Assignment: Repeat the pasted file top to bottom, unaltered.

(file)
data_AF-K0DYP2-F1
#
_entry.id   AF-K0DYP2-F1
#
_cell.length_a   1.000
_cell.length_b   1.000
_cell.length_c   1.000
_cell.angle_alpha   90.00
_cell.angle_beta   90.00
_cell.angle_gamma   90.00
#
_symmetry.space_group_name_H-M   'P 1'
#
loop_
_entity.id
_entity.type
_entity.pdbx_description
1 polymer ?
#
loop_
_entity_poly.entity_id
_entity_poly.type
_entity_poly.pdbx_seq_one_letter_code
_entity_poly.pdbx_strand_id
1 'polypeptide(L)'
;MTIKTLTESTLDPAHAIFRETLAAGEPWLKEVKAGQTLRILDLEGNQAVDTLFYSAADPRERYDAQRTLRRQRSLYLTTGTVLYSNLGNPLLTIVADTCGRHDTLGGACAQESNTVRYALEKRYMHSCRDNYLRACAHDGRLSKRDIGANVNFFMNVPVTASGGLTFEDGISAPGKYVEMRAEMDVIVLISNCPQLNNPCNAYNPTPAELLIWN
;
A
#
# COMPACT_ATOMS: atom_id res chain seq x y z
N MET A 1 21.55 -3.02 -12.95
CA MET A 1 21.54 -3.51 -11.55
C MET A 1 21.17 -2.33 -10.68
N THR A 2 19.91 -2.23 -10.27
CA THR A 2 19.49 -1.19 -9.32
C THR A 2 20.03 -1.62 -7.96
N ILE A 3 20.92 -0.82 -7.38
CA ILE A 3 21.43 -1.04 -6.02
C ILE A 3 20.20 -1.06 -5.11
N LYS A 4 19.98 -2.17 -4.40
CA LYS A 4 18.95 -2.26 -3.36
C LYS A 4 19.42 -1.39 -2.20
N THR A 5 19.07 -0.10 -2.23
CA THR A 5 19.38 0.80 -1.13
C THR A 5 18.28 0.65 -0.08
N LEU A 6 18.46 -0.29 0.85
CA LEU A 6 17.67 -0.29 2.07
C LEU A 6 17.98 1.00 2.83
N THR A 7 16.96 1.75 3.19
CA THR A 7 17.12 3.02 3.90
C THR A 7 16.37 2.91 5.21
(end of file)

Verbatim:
data_AF-K0DYP2-F1
#
_entry.id   AF-K0DYP2-F1
#
_cell.length_a   1.000
_cell.length_b   1.000
_cell.length_c   1.000
_cell.angle_alpha   90.00
_cell.angle_beta   90.00
_cell.angle_gamma   90.00
#
_symmetry.space_group_name_H-M   'P 1'
#
loop_
_entity.id
_entity.type
_entity.pdbx_description
1 polymer ?
#
loop_
_entity_poly.entity_id
_entity_poly.type
_entity_poly.pdbx_seq_one_letter_code
_entity_poly.pdbx_strand_id
1 'polypeptide(L)'
;MTIKTLTESTLDPAHAIFRETLAAGEPWLKEVKAGQTLRILDLEGNQAVDTLFYSAADPRERYDAQRTLRRQRSLYLTTGTVLYSNLGNPLLTIVADTCGRHDTLGGACAQESNTVRYALEKRYMHSCRDNYLRACAHDGRLSKRDIGANVNFFMNVPVTASGGLTFEDGISAPGKYVEMRAEMDVIVLISNCPQLNNPCNAYNPTPAELLIWN
;
A
#
# COMPACT_ATOMS: atom_id res chain seq x y z
N MET A 1 21.55 -3.02 -12.95
CA MET A 1 21.54 -3.51 -11.55
C MET A 1 21.17 -2.33 -10.68
N THR A 2 19.91 -2.23 -10.27
CA THR A 2 19.49 -1.19 -9.32
C THR A 2 20.03 -1.62 -7.96
N ILE A 3 20.92 -0.82 -7.38
CA ILE A 3 21.43 -1.04 -6.02
C ILE A 3 20.20 -1.06 -5.11
N LYS A 4 19.98 -2.17 -4.40
CA LYS A 4 18.95 -2.26 -3.36
C LYS A 4 19.42 -1.39 -2.20
N THR A 5 19.07 -0.10 -2.23
CA THR A 5 19.38 0.80 -1.13
C THR A 5 18.28 0.65 -0.08
N LEU A 6 18.46 -0.29 0.85
CA LEU A 6 17.67 -0.29 2.07
C LEU A 6 17.98 1.00 2.83
N THR A 7 16.96 1.75 3.19
CA THR A 7 17.12 3.02 3.90
C THR A 7 16.37 2.91 5.21